The bands’ music is power dance pop, trance music and is futuristic in its sounds. Starting out with the song “Honey Shot” it has a good melody, trippy sounds and good layers in the song itself. Dany’s vocals fit the song perfectly in a monotone way which gives the song balance. “I’m The One” has a good beat, melody and is vocally performed well. I like the effects and layering and this is just a good dance track. It could lyrically be about “the” one or just the one for a good time? That would be up to the listener. “La Lemon Drop” is an interesting song as it has a rock vibe within the dance feel to it. The effects and layering are very effective in pulling that dance feel out of the song. The melody is well developed and the structure of the song is well built. Lyrically, this song has a dual meaning and it’s left up to the listener to interpret what that might be. The remix of “LMFAO” is choppy electronic beats and effects, stuttering, stopping and moving on a warped melody. It has a slow weird break in mid song which only adds to the slightly warped sound throughout the song. “Play Stop Rewind” is a straight forward dance track which is upbeat and in minor keys which gives the song a kind of futuristic feel. I like the robotic effects on the vocals, the trance like quality on the breaks and fast repeat vocals within the song. The layering is particularly effective in harnessing all those sounds and mixing them about in a pattern that has a good melody and structure to begin with. “So Good” has a softer beat which gives it a fuzzy kind of quality to the overall sound of the song. It’s not slow but has a different time signature which gives it that fuzzed out feel. The melody is catchy, the vocals sound sweet while singing about kissing and has a happy vibe. The final song “You’ll Never Know” has a really cool heavy beginning and then heads into a fast, headbanging dance track and all out assault, or so it feels like that. It has bits of marching sounds, a dreamy quality to the melody and kicks it with the faster dance beats. I really like how the band utilized the time changes within the song.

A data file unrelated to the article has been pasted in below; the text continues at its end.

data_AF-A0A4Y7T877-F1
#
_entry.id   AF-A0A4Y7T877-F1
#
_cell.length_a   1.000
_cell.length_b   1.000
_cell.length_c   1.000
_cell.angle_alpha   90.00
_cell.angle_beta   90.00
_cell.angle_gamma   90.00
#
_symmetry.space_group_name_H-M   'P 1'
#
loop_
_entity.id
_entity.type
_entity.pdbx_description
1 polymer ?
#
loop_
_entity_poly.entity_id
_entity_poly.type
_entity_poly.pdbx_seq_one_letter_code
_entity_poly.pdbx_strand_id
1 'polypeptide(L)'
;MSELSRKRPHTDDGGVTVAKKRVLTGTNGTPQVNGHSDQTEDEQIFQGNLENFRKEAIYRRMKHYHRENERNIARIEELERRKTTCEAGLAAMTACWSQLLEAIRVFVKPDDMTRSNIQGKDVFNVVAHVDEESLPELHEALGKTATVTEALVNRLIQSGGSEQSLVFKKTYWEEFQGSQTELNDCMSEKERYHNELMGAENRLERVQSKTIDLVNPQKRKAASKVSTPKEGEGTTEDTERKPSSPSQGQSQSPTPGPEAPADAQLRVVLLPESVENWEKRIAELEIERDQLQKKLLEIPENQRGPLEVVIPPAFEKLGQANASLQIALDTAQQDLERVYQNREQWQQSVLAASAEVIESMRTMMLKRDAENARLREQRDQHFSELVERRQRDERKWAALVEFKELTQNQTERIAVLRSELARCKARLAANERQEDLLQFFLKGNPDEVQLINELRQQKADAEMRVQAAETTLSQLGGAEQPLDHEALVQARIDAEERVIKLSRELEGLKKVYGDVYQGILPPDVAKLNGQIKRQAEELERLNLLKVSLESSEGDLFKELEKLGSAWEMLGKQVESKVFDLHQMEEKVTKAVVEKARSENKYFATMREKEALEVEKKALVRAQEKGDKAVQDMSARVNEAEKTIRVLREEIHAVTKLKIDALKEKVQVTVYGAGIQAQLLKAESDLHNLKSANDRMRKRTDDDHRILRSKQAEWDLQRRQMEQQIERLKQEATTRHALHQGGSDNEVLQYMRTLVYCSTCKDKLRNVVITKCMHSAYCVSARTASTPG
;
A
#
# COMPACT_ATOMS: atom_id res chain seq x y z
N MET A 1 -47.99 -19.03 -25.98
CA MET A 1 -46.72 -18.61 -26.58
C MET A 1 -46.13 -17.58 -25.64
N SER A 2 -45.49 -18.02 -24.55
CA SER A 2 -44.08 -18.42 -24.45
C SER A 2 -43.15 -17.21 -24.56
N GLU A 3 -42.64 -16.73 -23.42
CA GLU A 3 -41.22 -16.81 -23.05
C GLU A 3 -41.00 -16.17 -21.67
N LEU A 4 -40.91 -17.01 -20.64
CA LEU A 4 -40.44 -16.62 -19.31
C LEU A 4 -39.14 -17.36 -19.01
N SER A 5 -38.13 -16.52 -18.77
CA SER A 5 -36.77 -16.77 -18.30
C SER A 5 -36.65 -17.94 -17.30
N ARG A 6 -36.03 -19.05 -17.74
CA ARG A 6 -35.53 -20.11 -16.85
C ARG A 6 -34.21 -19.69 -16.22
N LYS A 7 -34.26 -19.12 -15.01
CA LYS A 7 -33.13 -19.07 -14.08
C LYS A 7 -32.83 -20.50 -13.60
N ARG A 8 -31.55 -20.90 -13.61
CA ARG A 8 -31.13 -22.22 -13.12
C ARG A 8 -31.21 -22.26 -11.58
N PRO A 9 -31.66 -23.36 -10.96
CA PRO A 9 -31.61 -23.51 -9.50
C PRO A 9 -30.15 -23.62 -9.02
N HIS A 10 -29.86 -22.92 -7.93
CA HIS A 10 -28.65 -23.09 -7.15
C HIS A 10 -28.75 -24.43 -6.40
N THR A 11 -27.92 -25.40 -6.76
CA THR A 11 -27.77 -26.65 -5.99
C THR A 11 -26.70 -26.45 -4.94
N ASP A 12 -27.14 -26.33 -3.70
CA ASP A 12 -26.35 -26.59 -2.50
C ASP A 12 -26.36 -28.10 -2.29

Even though this material is almost a year old, it sounds as fresh as the day it came out. If you like dance music and trance/electronica, this is one EP you want to get and comes highly recommend by this writer. You can find the music on the band’s website and the link is at the top of the review.

CD Review – Shortwave – The Skyline Versus


CD Review – Shortwave – The Skyline Verses

Released: 8 February 2011 (EMI Music)

by Jade Sperry

JadedPhotography